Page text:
Samuel L. Savidge Jr.|
Samuel L. Savidge Jr., a prominent Seattle business figure for many years, died quietly in his sleep on January 15, 2013 at the Park Shore Retirement Home. He was 88.
Born in Akron, Ohio on November 12, 1924, Mr. Savidge came to Seattle a year later with his father S. Leigh Savidge, a civil engineer and early pioneer in the United States automobile business, who, in 1926 would establish the area's first Dodge, Chrysler, Plymouth retail dealership. Mr. Savidge attended local public and private schools including Garfield High School and Lakeside School before graduating cum laude from Culver Military Academy in Culver, Indiana in 1942. Admitted to Harvard College, his college years were pre-empted by two years of military service where he became an officer and later participated in America's post-war occupation of Japan. He returned to Harvard in 1945, where he captained the golf team, studied French and became a member of the Spee Club. He graduated in 1948.
Returning to Seattle later that year, Mr. Savidge joined his father in operating multiple automotive businesses including S.L. Savidge, Inc. which was now the exclusive provider of Chrysler cars and trucks to western Washington and Alaska and had grown to be Chrysler's fifth largest retail operator in the U.S. A year later, in 1949, Mr. Savidge and eight other local businessmen founded the Northwest Forum, a social organization that promoted idea sharing in business and professional fields whose membership would grow to attract many of Seattle's prominent business leaders. He became President of S.L. Savidge, Inc. in 1955 and operated the business until it was sold in 1979.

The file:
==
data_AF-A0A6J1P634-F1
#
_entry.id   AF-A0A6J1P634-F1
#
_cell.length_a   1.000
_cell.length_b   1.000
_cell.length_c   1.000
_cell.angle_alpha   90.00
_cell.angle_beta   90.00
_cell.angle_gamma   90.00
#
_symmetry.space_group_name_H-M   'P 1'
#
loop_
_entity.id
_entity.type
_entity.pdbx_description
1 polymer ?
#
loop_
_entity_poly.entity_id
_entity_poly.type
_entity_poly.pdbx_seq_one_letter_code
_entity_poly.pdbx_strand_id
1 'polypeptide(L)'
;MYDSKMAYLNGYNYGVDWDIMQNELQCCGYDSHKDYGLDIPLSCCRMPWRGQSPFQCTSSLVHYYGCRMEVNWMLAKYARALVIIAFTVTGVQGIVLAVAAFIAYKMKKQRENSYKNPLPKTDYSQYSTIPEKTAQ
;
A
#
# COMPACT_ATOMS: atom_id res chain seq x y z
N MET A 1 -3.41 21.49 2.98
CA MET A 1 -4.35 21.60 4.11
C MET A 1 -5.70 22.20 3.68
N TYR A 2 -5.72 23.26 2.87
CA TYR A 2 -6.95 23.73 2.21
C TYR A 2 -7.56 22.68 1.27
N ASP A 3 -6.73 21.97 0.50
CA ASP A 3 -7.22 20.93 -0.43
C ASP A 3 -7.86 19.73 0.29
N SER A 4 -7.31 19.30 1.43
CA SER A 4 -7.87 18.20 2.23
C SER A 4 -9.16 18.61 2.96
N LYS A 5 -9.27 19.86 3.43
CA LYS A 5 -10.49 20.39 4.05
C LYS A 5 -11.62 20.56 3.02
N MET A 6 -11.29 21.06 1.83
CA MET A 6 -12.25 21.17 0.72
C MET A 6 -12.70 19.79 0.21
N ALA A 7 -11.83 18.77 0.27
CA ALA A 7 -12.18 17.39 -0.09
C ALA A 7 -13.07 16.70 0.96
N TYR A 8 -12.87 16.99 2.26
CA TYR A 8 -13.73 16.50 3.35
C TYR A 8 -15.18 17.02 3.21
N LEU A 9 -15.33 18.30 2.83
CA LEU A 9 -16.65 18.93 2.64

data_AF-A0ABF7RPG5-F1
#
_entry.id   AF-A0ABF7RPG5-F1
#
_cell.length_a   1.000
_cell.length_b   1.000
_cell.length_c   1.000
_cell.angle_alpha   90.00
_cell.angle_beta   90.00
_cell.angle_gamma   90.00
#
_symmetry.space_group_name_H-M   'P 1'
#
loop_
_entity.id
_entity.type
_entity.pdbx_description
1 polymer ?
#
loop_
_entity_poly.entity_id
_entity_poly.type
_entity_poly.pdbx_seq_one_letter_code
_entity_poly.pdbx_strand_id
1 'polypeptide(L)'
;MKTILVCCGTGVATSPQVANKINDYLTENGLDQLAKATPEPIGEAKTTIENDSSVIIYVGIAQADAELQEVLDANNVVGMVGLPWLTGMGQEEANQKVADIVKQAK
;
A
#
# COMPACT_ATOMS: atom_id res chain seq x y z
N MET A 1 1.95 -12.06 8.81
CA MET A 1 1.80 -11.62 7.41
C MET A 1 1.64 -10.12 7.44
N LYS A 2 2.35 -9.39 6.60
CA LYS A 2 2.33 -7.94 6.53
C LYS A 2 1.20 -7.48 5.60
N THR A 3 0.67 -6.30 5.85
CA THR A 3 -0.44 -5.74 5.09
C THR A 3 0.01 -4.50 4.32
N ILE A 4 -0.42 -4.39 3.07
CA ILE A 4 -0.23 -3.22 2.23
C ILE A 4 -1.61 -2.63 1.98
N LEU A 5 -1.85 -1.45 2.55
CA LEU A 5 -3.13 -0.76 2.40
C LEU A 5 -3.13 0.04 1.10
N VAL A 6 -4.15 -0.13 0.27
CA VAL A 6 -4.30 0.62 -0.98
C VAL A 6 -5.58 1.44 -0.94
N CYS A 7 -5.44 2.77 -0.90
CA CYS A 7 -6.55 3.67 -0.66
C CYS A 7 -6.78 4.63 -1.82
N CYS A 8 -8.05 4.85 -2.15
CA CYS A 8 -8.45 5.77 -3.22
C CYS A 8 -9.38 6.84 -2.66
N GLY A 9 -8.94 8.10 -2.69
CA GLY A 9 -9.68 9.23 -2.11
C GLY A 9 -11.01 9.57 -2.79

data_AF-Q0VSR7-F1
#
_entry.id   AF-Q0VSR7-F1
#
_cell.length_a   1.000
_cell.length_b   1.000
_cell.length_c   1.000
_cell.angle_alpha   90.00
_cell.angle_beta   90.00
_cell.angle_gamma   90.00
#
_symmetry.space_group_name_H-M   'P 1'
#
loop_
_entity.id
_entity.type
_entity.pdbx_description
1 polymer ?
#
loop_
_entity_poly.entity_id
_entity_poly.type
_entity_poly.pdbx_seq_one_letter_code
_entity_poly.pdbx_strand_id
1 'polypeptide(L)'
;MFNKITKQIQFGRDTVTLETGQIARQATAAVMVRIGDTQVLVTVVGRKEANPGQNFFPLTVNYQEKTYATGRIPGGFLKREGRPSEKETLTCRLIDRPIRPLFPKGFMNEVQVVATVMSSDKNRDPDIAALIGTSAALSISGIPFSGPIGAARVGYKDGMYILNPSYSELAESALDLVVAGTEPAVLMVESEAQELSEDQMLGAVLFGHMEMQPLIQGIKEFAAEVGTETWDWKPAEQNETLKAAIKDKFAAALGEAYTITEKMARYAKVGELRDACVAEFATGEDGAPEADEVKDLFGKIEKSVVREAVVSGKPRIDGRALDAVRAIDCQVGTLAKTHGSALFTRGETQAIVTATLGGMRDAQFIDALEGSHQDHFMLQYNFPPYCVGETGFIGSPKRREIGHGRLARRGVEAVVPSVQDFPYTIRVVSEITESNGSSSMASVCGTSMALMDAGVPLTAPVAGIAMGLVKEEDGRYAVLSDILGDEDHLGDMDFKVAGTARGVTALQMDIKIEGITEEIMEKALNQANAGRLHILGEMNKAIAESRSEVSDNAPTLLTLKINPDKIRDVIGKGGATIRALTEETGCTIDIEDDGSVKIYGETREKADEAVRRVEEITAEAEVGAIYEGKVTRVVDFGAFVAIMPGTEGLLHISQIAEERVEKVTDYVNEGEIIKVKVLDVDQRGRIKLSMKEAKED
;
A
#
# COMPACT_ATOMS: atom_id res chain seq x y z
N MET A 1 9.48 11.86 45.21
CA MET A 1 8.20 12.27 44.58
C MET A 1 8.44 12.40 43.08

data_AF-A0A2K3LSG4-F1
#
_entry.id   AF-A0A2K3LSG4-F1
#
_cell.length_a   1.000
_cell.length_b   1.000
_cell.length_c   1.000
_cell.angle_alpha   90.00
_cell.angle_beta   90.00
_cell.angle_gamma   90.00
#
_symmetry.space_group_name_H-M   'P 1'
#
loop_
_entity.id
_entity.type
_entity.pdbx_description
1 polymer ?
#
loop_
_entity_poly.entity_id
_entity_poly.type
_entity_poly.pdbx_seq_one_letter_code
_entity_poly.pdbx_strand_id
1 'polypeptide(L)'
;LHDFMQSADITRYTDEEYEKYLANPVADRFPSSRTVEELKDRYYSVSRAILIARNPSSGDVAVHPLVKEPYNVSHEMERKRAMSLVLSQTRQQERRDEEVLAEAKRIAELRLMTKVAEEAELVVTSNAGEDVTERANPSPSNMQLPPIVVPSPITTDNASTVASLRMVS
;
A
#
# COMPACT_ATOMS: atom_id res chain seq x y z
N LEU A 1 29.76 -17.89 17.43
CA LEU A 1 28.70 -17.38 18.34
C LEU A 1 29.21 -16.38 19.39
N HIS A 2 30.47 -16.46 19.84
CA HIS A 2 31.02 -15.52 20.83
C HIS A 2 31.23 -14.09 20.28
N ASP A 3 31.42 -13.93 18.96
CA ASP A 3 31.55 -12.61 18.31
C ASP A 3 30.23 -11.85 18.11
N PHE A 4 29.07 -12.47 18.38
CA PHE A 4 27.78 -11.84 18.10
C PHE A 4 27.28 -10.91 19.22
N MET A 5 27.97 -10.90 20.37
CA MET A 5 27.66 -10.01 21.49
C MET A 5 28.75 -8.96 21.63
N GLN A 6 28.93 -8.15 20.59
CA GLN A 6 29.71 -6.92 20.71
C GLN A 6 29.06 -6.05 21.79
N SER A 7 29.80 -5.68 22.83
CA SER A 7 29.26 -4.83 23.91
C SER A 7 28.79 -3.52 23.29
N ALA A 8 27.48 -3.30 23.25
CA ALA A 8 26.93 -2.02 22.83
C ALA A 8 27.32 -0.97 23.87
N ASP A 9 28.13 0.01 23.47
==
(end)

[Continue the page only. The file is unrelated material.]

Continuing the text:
In 1954, Mr. Savidge married Joan Harris, a flight attendant and former University of Washington Homecoming Queen. They raised three children and were married for 53 years until her death in 2007.
Throughout his life, he retained a strong passion for the majestic mountains and seascapes surrounding Hood Canal. In the late 1950's, he partnered with several close friends, who secured a plot of land and built homes on property they saw as untouched by commercial interests. They called it Chinom Point, a reference to the Tchinom Indian tribe that had once settled there. For those that knew him, the summer weekends he spent there with family, friends and no electricity were the happiest of his very happy life. His local club affiliations included Broadmoor Golf Club, Washington Athletic Club, 101 Club, Seattle Tennis Club, University Club and Northwest Forum.
He is survived by his three children, S. Leigh Savidge III, (Vita, fiance;) of Los Angeles, T. Blair Savidge, (Janice) of Seattle, Sarah Elizabeth Savidge, of Seattle, two nieces, Mary Wheatman Rockwell , of Bellevue and Anne Wheatman Peter of Scottsdale, Arizona, a nephew, Herb Wheatman, of Honolulu and two grandchildren, Emily, and Austin. He was preceded in death by a daughter, Ann Taylor Savidge in 1958 and a sister, Marjorie Savidge Wheatman in 1971.
A funeral service has been planned beginning at 4:00pm at Epiphany Church on February 6, 2013.
Any remembrances may be made to Epiphany Church, 1805 38th Avenue, Seattle, WA 98122.
Published in The Seattle Times from Jan. 22 to Jan. 27, 2013